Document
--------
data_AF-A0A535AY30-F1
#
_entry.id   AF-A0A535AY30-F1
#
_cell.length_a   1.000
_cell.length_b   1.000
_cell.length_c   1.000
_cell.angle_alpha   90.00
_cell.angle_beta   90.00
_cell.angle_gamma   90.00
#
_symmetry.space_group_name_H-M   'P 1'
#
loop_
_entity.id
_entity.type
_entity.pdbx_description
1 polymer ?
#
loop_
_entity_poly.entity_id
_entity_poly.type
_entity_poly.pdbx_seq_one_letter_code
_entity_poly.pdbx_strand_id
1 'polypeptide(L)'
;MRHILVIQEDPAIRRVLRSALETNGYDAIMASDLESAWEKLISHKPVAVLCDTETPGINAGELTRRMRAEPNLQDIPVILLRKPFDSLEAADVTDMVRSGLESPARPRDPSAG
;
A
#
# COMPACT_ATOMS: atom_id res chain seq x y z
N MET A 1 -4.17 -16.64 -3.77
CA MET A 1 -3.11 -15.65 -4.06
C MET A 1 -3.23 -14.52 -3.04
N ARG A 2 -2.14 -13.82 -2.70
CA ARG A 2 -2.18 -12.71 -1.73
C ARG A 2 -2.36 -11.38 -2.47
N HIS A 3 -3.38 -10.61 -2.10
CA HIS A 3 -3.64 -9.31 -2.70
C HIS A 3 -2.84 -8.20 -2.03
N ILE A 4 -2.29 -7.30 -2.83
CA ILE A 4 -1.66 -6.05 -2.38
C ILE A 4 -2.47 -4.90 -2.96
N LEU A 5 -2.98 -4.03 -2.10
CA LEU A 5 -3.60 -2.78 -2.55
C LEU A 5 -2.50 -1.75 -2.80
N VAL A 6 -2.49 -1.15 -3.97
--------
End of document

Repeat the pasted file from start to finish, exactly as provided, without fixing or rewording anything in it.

data_AF-A0A535AY30-F1
#
_entry.id   AF-A0A535AY30-F1
#
_cell.length_a   1.000
_cell.length_b   1.000
_cell.length_c   1.000
_cell.angle_alpha   90.00
_cell.angle_beta   90.00
_cell.angle_gamma   90.00
#
_symmetry.space_group_name_H-M   'P 1'
#
loop_
_entity.id
_entity.type
_entity.pdbx_description
1 polymer ?
#
loop_
_entity_poly.entity_id
_entity_poly.type
_entity_poly.pdbx_seq_one_letter_code
_entity_poly.pdbx_strand_id
1 'polypeptide(L)'
;MRHILVIQEDPAIRRVLRSALETNGYDAIMASDLESAWEKLISHKPVAVLCDTETPGINAGELTRRMRAEPNLQDIPVILLRKPFDSLEAADVTDMVRSGLESPARPRDPSAG
;
A
#
# COMPACT_ATOMS: atom_id res chain seq x y z
N MET A 1 -4.17 -16.64 -3.77
CA MET A 1 -3.11 -15.65 -4.06
C MET A 1 -3.23 -14.52 -3.04
N ARG A 2 -2.14 -13.82 -2.70
CA ARG A 2 -2.18 -12.71 -1.73
C ARG A 2 -2.36 -11.38 -2.47
N HIS A 3 -3.38 -10.61 -2.10
CA HIS A 3 -3.64 -9.31 -2.70
C HIS A 3 -2.84 -8.20 -2.03
N ILE A 4 -2.29 -7.30 -2.83
CA ILE A 4 -1.66 -6.05 -2.38
C ILE A 4 -2.47 -4.90 -2.96
N LEU A 5 -2.98 -4.03 -2.10
CA LEU A 5 -3.60 -2.78 -2.55
C LEU A 5 -2.50 -1.75 -2.80
N VAL A 6 -2.49 -1.15 -3.97